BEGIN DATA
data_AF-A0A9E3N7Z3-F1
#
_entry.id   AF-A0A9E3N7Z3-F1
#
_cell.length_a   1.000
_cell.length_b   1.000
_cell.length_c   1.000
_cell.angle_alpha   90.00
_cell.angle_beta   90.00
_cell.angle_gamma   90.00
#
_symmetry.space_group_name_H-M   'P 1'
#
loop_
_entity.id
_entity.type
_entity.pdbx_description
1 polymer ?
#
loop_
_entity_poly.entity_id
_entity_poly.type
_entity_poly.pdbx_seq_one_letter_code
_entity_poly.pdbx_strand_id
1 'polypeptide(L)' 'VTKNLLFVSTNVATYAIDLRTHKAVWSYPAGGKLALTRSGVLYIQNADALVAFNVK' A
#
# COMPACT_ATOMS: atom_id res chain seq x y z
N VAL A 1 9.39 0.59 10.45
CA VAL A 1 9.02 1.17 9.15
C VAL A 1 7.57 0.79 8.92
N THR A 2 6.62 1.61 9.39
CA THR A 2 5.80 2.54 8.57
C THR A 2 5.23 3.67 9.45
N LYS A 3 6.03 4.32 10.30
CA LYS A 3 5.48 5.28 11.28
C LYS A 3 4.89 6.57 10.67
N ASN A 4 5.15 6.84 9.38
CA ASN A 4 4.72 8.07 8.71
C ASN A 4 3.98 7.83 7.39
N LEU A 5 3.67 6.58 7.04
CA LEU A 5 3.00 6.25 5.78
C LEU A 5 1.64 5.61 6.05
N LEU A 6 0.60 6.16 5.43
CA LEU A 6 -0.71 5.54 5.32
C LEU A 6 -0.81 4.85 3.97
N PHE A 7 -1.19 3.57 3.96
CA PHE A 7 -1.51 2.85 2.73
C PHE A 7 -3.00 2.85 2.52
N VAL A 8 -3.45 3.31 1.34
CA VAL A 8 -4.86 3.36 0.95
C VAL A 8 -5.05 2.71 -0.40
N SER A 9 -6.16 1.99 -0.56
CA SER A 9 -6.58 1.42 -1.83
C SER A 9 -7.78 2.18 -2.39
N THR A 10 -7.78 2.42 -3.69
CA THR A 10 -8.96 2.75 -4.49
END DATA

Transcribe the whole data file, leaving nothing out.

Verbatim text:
data_AF-A0A9E3N7Z3-F1
#
_entry.id   AF-A0A9E3N7Z3-F1
#
_cell.length_a   1.000
_cell.length_b   1.000
_cell.length_c   1.000
_cell.angle_alpha   90.00
_cell.angle_beta   90.00
_cell.angle_gamma   90.00
#
_symmetry.space_group_name_H-M   'P 1'
#
loop_
_entity.id
_entity.type
_entity.pdbx_description
1 polymer ?
#
loop_
_entity_poly.entity_id
_entity_poly.type
_entity_poly.pdbx_seq_one_letter_code
_entity_poly.pdbx_strand_id
1 'polypeptide(L)' 'VTKNLLFVSTNVATYAIDLRTHKAVWSYPAGGKLALTRSGVLYIQNADALVAFNVK' A
#
# COMPACT_ATOMS: atom_id res chain seq x y z
N VAL A 1 9.39 0.59 10.45
CA VAL A 1 9.02 1.17 9.15
C VAL A 1 7.57 0.79 8.92
N THR A 2 6.62 1.61 9.39
CA THR A 2 5.80 2.54 8.57
C THR A 2 5.23 3.67 9.45
N LYS A 3 6.03 4.32 10.30
CA LYS A 3 5.48 5.28 11.28
C LYS A 3 4.89 6.57 10.67
N ASN A 4 5.15 6.84 9.38
CA ASN A 4 4.72 8.07 8.71
C ASN A 4 3.98 7.83 7.39
N LEU A 5 3.67 6.58 7.04
CA LEU A 5 3.00 6.25 5.78
C LEU A 5 1.64 5.61 6.05
N LEU A 6 0.60 6.16 5.43
CA LEU A 6 -0.71 5.54 5.32
C LEU A 6 -0.81 4.85 3.97
N PHE A 7 -1.19 3.57 3.96
CA PHE A 7 -1.51 2.85 2.73
C PHE A 7 -3.00 2.85 2.52
N VAL A 8 -3.45 3.31 1.34
CA VAL A 8 -4.86 3.36 0.95
C VAL A 8 -5.05 2.71 -0.40
N SER A 9 -6.16 1.99 -0.56
CA SER A 9 -6.58 1.42 -1.83
C SER A 9 -7.78 2.18 -2.39
N THR A 10 -7.78 2.42 -3.69
CA THR A 10 -8.96 2.75 -4.49